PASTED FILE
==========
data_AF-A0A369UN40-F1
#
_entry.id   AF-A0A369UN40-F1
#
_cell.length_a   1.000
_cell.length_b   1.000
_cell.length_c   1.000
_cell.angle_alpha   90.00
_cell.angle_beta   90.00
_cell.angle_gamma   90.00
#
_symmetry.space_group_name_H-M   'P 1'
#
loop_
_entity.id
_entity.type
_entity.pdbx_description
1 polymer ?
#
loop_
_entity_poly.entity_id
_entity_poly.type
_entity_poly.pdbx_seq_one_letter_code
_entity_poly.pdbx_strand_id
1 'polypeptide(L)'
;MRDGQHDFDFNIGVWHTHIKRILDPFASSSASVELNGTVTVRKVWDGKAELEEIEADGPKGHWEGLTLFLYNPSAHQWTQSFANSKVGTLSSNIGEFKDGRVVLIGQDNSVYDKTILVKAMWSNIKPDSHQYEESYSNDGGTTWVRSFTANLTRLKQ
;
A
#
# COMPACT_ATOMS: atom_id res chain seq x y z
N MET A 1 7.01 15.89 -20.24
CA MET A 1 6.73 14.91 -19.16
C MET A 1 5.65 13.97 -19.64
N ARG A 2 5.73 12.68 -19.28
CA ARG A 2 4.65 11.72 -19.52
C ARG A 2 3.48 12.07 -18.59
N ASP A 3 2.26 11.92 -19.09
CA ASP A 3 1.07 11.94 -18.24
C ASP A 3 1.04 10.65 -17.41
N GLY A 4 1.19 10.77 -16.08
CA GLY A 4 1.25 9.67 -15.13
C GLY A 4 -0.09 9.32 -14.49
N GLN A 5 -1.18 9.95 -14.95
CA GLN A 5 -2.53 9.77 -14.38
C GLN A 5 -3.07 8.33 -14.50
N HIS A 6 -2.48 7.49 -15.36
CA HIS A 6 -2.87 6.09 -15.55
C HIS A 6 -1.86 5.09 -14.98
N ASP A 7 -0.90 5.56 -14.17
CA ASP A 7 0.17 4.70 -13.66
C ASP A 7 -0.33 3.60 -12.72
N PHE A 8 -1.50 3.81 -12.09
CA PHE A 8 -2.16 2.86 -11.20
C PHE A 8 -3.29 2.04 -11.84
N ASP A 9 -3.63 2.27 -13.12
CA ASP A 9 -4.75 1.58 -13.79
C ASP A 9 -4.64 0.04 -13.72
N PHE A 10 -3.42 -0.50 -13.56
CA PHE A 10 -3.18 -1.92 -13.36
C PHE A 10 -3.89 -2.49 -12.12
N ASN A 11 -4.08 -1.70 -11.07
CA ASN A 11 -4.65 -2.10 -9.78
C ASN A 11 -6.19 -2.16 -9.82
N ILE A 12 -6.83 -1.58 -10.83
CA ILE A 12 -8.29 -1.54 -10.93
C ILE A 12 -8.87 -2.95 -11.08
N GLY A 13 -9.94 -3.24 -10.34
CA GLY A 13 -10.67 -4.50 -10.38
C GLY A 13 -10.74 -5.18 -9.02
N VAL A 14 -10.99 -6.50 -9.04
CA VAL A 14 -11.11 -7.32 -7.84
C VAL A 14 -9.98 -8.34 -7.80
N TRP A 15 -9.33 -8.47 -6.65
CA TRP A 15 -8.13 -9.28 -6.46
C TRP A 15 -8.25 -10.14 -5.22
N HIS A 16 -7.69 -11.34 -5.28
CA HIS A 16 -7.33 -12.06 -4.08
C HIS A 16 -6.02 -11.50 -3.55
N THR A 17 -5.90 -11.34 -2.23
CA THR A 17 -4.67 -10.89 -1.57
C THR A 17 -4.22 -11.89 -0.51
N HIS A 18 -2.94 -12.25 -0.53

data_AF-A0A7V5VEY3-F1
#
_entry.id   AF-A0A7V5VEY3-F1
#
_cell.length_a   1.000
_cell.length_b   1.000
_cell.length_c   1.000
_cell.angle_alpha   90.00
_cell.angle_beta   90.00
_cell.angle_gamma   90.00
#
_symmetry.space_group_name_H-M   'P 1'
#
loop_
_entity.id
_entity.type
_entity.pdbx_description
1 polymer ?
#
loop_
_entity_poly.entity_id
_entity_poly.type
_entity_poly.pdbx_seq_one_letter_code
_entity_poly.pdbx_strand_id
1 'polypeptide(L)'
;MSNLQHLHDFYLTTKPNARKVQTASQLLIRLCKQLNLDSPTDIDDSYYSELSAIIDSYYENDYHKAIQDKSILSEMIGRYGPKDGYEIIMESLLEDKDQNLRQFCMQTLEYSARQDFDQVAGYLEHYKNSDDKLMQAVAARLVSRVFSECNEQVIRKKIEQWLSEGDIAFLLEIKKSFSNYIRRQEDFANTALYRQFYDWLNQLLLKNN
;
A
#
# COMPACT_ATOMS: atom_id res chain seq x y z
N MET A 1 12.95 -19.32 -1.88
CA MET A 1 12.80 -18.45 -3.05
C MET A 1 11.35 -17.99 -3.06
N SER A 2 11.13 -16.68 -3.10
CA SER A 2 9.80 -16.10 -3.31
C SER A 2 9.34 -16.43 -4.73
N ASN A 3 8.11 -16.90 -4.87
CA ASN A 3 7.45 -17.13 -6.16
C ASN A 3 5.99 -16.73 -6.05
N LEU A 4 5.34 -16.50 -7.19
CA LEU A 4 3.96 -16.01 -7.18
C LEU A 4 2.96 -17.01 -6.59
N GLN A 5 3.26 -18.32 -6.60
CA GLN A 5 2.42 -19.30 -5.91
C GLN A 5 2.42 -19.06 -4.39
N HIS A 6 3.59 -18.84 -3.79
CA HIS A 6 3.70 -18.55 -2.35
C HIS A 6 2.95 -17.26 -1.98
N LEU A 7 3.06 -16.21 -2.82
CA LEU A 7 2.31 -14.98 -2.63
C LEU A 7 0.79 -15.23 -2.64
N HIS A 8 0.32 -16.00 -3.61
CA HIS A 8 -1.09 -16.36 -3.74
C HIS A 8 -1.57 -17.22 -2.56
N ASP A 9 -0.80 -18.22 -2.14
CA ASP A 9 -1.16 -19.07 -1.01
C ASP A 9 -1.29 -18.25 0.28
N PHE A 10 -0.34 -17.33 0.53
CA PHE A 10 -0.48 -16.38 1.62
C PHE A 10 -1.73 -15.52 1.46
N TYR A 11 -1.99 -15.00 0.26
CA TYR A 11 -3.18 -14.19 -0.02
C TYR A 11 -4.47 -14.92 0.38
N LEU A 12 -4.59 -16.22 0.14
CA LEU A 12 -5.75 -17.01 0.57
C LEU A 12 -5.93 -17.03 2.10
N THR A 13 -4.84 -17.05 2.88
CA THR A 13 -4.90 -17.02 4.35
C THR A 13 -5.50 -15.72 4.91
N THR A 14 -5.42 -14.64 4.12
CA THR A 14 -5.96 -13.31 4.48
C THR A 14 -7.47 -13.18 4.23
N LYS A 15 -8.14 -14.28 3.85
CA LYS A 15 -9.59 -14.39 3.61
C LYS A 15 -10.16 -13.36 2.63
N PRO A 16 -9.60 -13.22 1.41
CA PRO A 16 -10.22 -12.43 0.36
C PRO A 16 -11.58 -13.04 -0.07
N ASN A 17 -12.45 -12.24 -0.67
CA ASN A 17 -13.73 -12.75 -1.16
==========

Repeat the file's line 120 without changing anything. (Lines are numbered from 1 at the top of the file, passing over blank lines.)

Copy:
CA ASN A 3 7.45 -17.13 -6.16